There were other aircraft—F-15s and more—at our airbase in Aviano, Italy, that could have been alerted. Even if it took an hour to gather intelligence and arm the aircraft, even if they had to land at Sigonella to quickly refuel because no tankers were available, they could have arrived long before the 5 a.m. attack on the annex. A single armed F-15 could have put a quick stop to the attacks. But no such orders came. There is simply no excuse for inaction. When Americans are under fire, our military has a moral obligation to fly into the fight as fast as it can. The administration tried to excuse inaction by saying it did not have Libyan permission to cross the border with armed aircraft or troops. In cases such as these, it's always better to ask forgiveness than permission.
What the American people haven't heard is the testimony of the survivors. One of them reportedly spoke before a classified hearing of the House Permanent Select Committee on Intelligence. Another special operator—who one source told us was still receiving medical assistance at the National Military Medical Center in late 2013—could be located and his testimony obtained.
The SSCI report includes a section for comments by Republican lawmakers, who cite "significant and sustained" resistance by the State Department to SSCI's efforts to obtain documents, access witnesses, and answer questions. They claim that the State Department "swiftly asserted questionable jurisdictional objections and resisted full cooperation with our review" despite the fact that the attacks were made against intelligence community personnel and the fact that the SSCI jurisdiction cuts across committee jurisdiction whenever intelligence matters are concerned.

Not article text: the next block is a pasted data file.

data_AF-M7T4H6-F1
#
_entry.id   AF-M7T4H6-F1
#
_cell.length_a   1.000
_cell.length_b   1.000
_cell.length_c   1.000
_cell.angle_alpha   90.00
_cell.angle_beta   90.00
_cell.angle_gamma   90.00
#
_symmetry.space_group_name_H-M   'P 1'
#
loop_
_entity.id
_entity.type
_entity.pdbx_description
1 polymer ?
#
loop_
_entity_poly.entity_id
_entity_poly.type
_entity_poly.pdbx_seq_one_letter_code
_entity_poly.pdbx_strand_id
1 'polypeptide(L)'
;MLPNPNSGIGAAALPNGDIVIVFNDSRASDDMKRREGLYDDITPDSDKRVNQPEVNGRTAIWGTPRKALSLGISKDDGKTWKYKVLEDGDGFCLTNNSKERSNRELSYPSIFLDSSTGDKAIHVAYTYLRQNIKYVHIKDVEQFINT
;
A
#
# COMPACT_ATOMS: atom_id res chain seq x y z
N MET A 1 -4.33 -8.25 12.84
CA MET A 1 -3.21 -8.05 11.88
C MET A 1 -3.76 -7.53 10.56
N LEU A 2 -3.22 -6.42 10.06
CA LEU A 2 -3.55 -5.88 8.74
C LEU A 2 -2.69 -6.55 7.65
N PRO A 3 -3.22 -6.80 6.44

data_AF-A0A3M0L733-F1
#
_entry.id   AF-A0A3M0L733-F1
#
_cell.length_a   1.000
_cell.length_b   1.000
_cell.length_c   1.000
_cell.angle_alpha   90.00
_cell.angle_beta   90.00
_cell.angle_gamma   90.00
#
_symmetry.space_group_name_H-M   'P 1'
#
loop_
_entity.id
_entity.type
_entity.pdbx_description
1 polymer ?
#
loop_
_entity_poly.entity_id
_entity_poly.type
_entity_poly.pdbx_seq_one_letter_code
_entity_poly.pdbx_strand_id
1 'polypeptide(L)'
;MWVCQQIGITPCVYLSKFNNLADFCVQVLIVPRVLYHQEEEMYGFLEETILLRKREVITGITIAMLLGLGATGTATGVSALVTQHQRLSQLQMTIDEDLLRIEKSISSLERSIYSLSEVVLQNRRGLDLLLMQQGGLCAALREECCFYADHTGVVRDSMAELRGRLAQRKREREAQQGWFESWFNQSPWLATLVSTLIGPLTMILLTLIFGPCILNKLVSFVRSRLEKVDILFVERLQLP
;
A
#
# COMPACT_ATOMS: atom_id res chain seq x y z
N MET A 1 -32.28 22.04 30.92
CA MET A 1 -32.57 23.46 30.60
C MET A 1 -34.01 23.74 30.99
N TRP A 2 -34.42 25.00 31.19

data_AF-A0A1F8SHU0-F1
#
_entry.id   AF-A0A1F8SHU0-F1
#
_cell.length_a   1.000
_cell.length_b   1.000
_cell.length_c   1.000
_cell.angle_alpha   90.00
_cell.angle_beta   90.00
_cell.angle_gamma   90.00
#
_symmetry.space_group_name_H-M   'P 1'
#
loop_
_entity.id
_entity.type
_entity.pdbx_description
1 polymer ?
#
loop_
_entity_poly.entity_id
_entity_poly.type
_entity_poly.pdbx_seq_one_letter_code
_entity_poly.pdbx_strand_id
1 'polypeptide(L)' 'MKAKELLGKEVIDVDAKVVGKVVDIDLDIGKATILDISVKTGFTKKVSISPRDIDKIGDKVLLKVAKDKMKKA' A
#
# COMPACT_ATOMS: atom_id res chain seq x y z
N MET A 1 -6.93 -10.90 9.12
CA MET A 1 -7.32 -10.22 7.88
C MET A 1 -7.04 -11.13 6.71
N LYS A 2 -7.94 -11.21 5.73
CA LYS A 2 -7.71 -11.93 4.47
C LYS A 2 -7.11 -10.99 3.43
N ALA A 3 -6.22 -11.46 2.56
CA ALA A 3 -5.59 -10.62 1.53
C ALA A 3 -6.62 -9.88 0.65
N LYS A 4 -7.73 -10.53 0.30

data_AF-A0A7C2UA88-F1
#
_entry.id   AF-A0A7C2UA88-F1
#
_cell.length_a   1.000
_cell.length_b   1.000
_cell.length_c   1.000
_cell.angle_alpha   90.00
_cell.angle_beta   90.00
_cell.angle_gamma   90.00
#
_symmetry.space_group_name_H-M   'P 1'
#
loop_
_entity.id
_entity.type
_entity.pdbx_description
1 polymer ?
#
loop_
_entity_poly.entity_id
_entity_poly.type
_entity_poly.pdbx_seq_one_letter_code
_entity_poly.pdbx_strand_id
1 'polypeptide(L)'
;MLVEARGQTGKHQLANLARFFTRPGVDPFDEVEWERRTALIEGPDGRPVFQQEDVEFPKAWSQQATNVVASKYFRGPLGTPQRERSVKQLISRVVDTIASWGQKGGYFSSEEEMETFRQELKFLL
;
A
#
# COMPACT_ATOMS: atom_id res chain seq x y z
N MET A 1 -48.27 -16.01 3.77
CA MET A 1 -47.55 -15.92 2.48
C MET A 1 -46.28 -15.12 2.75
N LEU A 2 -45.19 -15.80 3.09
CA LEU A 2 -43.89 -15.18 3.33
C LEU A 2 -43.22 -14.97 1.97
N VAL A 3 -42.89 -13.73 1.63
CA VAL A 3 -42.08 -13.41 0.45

General Martin Dempsey, now chairman of the Joint Chiefs, is specifically criticized by the SSCI for deficiencies in command. The report admits that the Pentagon cannot plan to rescue anyone from any embassy at any time, but states that given the terrorist presence in Benghazi and the inadequate security there (not to mention the importance of the date), Dempsey is guilty of "…either a profound inability or a clear unwillingness to prevent problems before they arise."
And what of the president? We still don't know where Obama was or what he was doing on the night of the attacks. To repeat a familiar phrase, what did the president know, and when did he know it? How did he react? Did he make any decisions, and if so what were they? If not, why not?
So far the Obama administration hasn't claimed executive privilege to protect people and documents. They haven't had to, because Congress, a few indefatigable individuals excepted, has had the attention span of a guppy.
Soon after the attacks, Virginia Congressman Frank Wolf introduced HR-36, a bill to create a House Select Committee to investigate the Benghazi attacks. Under Wolf's bill, the special committee would have subpoena power and could force the issue of testimony and access to documents. If it did, we might yet see Obama exercise Executive Privilege just as he did in the "Fast and Furious" scandal. The bill has 177 sponsors, almost enough to pass the House today. The only problem is that House Speaker John Boehner won't allow the bill to come to the floor. He has repeatedly blocked it from consideration. Without leaders interested in the truth, the American public will never find out, not now, not in the history books, just what happened on September 11, 2012. Nor, on present trends, will they find out why they can't find out.